What does Matthew 3:2 mean?
ESV: “Repent, for the kingdom of heaven is at hand.”
NIV: and saying, 'Repent, for the kingdom of heaven has come near.'
NASB: Repent, for the kingdom of heaven is at hand.'
CSB: and saying, "Repent, because the kingdom of heaven has come near! "
NLT: Repent of your sins and turn to God, for the Kingdom of Heaven is near. '
KJV: And saying, Repent ye: for the kingdom of heaven is at hand.
Verse Commentary:
This gospel jumps forward in time from Jesus' arrival as a small boy in Nazareth (Matthew 2:23) to the ministry of John the Baptist. At least 25 years have passed. John the Baptist was a prophet specially sent by God to prepare the way for Jesus' ministry on earth. John—not the same as the author of the gospel of John—preached in the wilderness area of Judea, west of the Jordan River. He delivered one central message to the Israelites, found in this verse.

The word "repent" is metanoeite in Greek, which means "to change one's heart and mind." More literally, it means to change direction, to stop going the wrong way and to start going in the right way. It conveys an active change. The chapter will show that John was calling the people of Israel to confess their sins and submit to God's true law.

John called these people to repent because the "kingdom of heaven" was at hand. John's Jewish listeners would have been familiar with the idea that a new kingdom would one day be established by the promised Messiah. John will point to Jesus as that Messiah, and to the imminent establishment of His kingdom. John will insist, though, that repentance—turning from sin—was necessary for his Jewish listeners to be included in that kingdom. The mere fact of their Israelite heritage would not be enough. This would have been a new idea to some.

Scholars from different theological traditions have debated about whether this coming kingdom of heaven is best understood as spiritual or physical. The Jewish people were looking for a physical kingdom; they assumed Messiah would overthrow the Romans and establish peace and prosperity in Israel. Jesus' kingdom, though, would first be spiritual in the sense that He would begin to rule on earth by ruling in the hearts of those who followed Him (John 18:36). Eventually, He will also reign over a physical, political kingdom on earth (Revelation 20:6).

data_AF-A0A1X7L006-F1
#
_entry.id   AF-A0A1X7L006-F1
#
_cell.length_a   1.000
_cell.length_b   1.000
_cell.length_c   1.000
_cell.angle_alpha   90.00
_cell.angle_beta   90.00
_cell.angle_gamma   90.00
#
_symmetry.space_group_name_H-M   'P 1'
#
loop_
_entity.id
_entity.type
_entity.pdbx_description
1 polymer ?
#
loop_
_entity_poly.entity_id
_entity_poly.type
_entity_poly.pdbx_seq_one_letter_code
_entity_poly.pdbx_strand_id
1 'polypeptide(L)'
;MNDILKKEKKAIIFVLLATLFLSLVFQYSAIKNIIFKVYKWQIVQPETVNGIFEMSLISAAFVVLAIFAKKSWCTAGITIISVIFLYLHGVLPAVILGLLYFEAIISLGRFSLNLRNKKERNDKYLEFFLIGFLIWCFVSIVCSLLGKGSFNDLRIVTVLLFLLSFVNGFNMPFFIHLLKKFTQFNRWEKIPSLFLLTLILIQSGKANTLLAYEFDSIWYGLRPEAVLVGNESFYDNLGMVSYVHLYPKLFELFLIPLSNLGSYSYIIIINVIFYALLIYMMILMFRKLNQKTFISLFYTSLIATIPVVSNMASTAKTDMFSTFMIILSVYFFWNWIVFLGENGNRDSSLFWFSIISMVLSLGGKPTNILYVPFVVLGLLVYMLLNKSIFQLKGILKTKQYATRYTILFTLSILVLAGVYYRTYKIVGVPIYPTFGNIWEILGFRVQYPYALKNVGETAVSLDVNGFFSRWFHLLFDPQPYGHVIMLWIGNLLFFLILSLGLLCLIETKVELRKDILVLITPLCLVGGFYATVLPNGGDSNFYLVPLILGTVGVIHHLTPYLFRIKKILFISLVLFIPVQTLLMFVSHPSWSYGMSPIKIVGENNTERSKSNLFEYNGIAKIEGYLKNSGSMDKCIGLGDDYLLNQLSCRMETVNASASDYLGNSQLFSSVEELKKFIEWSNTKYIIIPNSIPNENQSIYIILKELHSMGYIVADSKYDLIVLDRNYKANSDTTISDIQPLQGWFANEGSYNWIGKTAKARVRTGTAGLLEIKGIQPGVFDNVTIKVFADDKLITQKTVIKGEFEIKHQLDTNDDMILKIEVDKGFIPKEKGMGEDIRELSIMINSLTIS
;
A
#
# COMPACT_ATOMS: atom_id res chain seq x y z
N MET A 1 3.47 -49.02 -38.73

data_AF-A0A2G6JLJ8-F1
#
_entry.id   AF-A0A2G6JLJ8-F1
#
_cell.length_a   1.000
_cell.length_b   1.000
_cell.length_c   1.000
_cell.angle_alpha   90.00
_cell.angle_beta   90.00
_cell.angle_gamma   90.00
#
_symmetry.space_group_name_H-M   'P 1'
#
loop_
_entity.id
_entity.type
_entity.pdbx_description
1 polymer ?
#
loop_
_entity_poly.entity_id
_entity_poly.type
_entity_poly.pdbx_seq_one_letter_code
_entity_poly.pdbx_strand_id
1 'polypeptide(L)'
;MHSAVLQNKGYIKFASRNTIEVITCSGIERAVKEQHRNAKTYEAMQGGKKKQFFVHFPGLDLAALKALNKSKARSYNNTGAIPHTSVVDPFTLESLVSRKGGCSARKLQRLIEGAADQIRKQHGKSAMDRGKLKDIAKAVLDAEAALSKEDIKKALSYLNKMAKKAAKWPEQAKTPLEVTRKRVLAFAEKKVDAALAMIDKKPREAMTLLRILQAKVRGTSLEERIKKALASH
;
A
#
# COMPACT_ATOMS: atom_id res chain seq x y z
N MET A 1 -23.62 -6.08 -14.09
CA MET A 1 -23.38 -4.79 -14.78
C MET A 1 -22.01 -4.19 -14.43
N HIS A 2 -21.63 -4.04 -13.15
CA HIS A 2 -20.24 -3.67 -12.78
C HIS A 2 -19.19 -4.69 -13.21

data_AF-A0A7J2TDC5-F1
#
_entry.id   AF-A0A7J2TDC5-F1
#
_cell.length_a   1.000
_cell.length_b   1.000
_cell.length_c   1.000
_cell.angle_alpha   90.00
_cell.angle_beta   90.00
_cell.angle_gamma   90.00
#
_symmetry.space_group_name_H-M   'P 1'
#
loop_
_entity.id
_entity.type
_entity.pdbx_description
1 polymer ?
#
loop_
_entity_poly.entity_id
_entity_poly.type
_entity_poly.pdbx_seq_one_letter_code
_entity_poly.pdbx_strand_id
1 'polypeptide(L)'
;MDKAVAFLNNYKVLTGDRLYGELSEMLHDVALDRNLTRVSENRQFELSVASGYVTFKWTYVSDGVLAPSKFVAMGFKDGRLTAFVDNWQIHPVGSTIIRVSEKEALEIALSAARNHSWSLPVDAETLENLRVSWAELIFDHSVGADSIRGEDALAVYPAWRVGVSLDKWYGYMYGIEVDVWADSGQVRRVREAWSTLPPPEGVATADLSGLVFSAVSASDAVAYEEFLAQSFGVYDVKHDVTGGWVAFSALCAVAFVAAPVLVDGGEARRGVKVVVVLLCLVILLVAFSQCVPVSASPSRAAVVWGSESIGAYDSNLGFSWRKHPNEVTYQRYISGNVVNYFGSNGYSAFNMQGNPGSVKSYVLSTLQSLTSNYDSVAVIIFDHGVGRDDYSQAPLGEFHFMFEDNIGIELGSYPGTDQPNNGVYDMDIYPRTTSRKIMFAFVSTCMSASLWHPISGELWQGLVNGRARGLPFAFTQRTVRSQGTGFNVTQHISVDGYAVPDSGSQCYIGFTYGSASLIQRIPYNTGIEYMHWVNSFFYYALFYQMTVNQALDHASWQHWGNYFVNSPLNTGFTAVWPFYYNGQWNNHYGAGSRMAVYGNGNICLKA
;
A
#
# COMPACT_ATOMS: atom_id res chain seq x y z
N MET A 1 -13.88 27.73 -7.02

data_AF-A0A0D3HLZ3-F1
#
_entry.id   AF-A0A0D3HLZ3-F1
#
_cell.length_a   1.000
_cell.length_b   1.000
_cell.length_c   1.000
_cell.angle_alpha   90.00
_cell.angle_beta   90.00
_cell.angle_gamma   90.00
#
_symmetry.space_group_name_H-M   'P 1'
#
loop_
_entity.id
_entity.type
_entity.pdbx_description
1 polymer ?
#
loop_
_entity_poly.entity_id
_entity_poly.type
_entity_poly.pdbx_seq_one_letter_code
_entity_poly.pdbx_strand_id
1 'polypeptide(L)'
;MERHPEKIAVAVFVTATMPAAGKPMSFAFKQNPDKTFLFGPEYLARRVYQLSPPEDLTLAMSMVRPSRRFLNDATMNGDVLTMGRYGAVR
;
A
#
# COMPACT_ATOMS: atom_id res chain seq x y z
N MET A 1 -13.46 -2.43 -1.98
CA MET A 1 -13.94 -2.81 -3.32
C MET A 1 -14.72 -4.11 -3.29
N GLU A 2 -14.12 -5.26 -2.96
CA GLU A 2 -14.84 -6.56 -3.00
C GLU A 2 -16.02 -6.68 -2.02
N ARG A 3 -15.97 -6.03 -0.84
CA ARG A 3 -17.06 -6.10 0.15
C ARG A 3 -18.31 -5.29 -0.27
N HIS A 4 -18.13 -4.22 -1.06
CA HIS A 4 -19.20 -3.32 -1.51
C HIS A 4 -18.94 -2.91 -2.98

Verse Context:
Matthew 3:1–12 introduces John the Baptist, preaching and baptizing in the wilderness of Judea near the Jordan River. John, dressed in camel hair and a leather belt in the style of the prophet Elijah, has a simple message: repent because the kingdom of heaven is coming. Crowds come from miles around, including even Israel's religious leaders. John calls those leaders vipers and warns that Messiah will bring the wrath of God against the unrepentant. The Messiah will baptize the repentant with the Holy Spirit and fire. The trees that do not bear fruit, spiritually speaking, will be cut down and burned.
Chapter Summary:
Matthew introduces John the Baptist as a fulfillment of Isaiah 40:3. He is the voice crying in the wilderness as he prepares the way for the Lord. John calls the crowds who travel to hear him to repent from their sins. The kingdom of heaven is close! He also warns of God's judgment, specifically on Israel's spiritually-barren religious leaders. Finally, the Messiah he has been speaking of arrives and insists that John baptize Him. When he does, the heavens break open, the Holy Spirit comes to rest on Jesus, and the voice of God the Father says Jesus is His Son and that He is pleased with Him.
Chapter Context:
Matthew's story of Jesus jumps forward several decades from the moment when His family settled in Nazareth. This passage finds John the Baptist preaching about repentance in the wilderness and baptizing those who are willing. Crowds come from all around to hear John preach in the look and style of Elijah, including Israel's religious leaders. John warns them of God's coming judgment on those who do not truly repent. Jesus arrives and insists that John baptize Him. As Jesus emerges from the water, the heavens break open, the Holy Spirit descends to rest on Jesus in dove-like form, and the voice of God declares that Jesus is His Son. After this baptism, Jesus will be led into the desert to be tempted by Satan, in chapter 4.
Book Summary:
The Gospel of Matthew clearly shows the influence of its writer's background, and his effort to reach a specific audience. Matthew was one of Jesus' twelve disciples, a Jewish man, and a former tax collector. This profession would have required literacy, and Matthew may have transcribed some of Jesus' words as they were spoken. This book is filled with references to the Old Testament, demonstrating to Israel that Jesus is the Promised One. Matthew also includes many references to coins, likely due to his former profession. Matthew records extensive accounts of Jesus' teaching, more than the other three Gospels.
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